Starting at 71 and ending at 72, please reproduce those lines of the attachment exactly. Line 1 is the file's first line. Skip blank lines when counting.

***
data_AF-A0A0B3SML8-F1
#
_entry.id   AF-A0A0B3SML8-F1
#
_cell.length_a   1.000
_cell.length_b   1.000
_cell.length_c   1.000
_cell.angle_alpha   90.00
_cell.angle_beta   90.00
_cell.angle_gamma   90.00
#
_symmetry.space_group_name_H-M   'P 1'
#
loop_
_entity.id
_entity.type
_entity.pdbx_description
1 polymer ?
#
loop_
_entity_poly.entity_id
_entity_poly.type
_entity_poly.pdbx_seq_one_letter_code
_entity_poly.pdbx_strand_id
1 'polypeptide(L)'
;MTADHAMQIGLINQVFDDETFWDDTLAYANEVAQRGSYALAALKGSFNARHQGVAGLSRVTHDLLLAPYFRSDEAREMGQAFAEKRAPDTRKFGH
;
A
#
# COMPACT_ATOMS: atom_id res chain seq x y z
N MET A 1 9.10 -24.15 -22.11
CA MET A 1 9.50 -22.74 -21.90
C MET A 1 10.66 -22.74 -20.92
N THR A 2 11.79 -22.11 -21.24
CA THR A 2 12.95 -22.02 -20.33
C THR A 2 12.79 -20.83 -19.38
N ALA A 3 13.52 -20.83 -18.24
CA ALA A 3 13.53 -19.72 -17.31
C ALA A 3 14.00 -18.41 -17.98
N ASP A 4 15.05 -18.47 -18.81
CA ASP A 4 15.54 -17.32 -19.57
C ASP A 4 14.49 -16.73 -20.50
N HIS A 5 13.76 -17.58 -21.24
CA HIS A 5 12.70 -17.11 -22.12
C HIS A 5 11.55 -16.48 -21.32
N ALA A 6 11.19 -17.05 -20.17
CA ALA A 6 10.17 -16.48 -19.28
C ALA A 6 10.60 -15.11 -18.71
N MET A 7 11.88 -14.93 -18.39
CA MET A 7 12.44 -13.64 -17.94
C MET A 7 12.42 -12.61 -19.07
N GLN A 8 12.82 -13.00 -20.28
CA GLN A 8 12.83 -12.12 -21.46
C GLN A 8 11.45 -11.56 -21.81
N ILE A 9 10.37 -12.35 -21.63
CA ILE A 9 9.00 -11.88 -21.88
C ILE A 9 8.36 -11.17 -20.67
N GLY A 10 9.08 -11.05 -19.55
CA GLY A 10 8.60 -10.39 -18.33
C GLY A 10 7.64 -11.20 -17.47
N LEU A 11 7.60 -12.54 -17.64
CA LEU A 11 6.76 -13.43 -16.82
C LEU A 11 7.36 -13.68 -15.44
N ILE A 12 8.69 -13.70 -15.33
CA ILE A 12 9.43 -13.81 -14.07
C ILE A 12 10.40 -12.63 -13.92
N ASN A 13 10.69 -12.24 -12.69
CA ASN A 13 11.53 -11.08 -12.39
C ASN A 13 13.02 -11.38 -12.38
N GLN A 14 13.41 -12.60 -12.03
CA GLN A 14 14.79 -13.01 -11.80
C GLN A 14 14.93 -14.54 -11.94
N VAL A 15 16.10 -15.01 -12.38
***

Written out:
CA GLN A 14 14.79 -13.01 -11.80
C GLN A 14 14.93 -14.54 -11.94